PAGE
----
Interview to the IDC Americas team

Interview with Diana Martínez, IDC Americas Program Officer on the current conditions of migration in the region


How are you, through IDC, confronting the increased security on the borders and the rise in immigration detention in the region, and what elements most concern you?

Governments in the region have a series of international human rights commitments that they have acquired through the years. We try to push them to fulfill these commitments, particularly the right to freedom, in accordance with the international standards that the authorities themselves have imposed, Governments should not forget the protection they should guarantee to vulnerable groups by not placing them in detention, both children and adolescents as well as refugees and other vulnerable groups.


idc americas


 How has the perception of the region changed in the light of the new situation?

Without a doubt there has been an important shift in the situation over the past months. Countries like Mexico had been making progress in issues around protection and alternatives to detention after years of not knowing what alternatives to detention meant. The Mexican government had been gradually including this within its agenda and discourse, and even began some pilot projects of alternatives for children, adolescents and refugees. For months, Mexico was considered a reference for good practice on an international level.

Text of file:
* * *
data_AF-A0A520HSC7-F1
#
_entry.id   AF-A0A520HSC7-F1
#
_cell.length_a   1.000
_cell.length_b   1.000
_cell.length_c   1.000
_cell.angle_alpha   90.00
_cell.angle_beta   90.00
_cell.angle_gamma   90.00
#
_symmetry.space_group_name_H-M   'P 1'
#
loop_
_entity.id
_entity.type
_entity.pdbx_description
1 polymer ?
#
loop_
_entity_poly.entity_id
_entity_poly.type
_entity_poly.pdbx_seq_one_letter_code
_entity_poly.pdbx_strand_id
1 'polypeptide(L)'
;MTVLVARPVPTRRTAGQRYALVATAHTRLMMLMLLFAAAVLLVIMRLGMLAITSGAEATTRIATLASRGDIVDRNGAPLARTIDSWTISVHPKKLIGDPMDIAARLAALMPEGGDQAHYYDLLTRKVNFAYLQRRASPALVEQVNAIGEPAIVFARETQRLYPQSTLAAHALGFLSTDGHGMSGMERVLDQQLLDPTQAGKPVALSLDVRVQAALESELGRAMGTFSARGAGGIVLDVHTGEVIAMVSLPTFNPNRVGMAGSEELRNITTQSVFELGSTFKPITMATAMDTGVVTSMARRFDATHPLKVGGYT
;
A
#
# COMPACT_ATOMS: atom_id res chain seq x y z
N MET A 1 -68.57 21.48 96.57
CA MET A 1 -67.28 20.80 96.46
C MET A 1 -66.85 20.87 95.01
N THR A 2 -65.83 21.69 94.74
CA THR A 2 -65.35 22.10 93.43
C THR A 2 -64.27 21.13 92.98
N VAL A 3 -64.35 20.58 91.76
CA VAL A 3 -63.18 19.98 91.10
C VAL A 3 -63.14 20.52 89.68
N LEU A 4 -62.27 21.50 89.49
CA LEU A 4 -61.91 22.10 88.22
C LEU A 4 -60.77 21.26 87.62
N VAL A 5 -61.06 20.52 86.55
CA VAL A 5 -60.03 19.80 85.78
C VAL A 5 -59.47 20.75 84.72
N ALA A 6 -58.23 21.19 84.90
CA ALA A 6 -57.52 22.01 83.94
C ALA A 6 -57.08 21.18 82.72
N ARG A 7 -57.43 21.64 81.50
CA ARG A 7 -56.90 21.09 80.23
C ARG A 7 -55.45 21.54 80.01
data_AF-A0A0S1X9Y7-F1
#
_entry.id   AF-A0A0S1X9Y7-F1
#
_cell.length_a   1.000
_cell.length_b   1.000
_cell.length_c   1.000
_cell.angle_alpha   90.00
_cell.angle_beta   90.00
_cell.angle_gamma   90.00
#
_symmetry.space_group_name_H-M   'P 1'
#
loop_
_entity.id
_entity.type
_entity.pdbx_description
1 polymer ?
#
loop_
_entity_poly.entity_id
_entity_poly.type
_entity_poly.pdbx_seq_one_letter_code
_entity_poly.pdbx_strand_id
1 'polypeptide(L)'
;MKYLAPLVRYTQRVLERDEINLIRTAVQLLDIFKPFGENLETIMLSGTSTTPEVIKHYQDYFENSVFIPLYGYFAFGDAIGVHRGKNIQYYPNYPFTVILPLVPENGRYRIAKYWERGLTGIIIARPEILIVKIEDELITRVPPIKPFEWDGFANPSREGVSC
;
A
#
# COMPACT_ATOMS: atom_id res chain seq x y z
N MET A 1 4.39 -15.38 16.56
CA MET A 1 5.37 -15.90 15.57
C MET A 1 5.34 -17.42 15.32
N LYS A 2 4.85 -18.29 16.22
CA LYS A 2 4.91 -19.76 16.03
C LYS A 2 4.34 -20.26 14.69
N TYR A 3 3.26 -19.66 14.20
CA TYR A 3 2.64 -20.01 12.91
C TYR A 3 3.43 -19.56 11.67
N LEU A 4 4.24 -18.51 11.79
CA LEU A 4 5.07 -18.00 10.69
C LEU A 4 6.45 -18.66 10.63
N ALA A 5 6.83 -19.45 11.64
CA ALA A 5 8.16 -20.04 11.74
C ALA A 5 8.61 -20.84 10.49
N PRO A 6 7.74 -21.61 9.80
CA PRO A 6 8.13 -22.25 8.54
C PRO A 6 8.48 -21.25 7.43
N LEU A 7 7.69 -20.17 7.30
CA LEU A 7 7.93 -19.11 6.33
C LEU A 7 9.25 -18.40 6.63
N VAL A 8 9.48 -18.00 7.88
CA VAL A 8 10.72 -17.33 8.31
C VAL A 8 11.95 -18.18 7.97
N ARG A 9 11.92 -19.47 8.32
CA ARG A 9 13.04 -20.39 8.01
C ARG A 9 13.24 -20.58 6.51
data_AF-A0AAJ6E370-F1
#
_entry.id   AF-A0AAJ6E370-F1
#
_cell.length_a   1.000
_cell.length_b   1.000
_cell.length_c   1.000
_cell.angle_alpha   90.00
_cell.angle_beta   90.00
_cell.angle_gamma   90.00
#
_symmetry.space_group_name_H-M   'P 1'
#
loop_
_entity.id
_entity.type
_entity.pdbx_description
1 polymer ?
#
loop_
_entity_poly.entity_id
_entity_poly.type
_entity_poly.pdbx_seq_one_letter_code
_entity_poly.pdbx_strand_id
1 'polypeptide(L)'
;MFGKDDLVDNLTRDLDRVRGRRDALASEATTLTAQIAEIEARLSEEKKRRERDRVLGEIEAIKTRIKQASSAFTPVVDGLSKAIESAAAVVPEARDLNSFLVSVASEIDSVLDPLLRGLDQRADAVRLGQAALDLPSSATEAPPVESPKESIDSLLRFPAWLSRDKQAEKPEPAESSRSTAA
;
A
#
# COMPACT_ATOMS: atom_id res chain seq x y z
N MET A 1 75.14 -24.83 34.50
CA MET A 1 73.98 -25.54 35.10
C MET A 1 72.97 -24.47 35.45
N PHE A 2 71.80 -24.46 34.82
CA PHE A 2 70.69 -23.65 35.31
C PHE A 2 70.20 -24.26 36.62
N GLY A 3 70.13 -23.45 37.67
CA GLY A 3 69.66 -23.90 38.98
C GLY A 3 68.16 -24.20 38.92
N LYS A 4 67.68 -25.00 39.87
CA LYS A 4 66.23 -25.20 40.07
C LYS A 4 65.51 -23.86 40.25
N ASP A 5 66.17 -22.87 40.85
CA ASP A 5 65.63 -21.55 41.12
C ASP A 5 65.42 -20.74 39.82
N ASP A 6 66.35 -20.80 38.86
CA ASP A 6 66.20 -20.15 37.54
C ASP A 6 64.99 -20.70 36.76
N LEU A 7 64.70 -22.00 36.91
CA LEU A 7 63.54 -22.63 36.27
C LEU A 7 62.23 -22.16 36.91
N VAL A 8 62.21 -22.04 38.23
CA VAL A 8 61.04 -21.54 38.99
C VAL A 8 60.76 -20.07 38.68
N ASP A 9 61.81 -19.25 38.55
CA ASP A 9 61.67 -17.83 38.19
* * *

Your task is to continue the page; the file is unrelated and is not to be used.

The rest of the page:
As IDC, we saw this as a step towards what we envisage, that all detention for migrants will be done in accordance with the principles of exceptionality, proportionality and necessity. In other words, that immigration detention will be used only in exceptional circumstances and never for vulnerable groups.

Unfortunately, following the agreements with the United States, this progress has reached an impasse, and we are seeing that immigration detention has once again become one of the main tools of migration control, and that much more control is being exerted on the border and along the migration route. This is not only in Mexico, the Central American countries are doing something similar, trying to close the borders to prevent people from leaving. With this, governments are forgetting that people have the right to seek a better life and request asylum if they are being persecuted or if their lives are in danger.


Governments are forgetting that people have the right to seek a better life and request asylum if they are being persecuted or if their lives are in danger


How many detention centers are there currently in Mexico and what kind of centers are they?

There are currently approximately 60 formal detention centers spread throughout Mexico. There are various categories of detention, the most well-known is the migrant detention center (estación migratoria), but there are also temporary holding centers (estancias provisionales), type A and B*, that are different to the previous ones in that they receive people for short periods of time. On the other hand, we have centers that have been set up in the wake of the agreements with the United States in June of this year. These are 8 temporary (or informal) shelters (albergues temporales) that have greater capacity than the detention centers and are strategically located in some states along the migration route. These centers have increased the capacity of the Mexican government to detain people.

This concerns us because firstly, evidently, the detention conditions are not optimal and second, it is not clear whether international organizations and civil society are able to enter these centers nor whether the detained people are receiving information about their migration procedures, or about the possibilities for legalization and of the importance of having access to asylum procedures. On the other hand, not knowing when these temporary shelters will be closed is also a worry.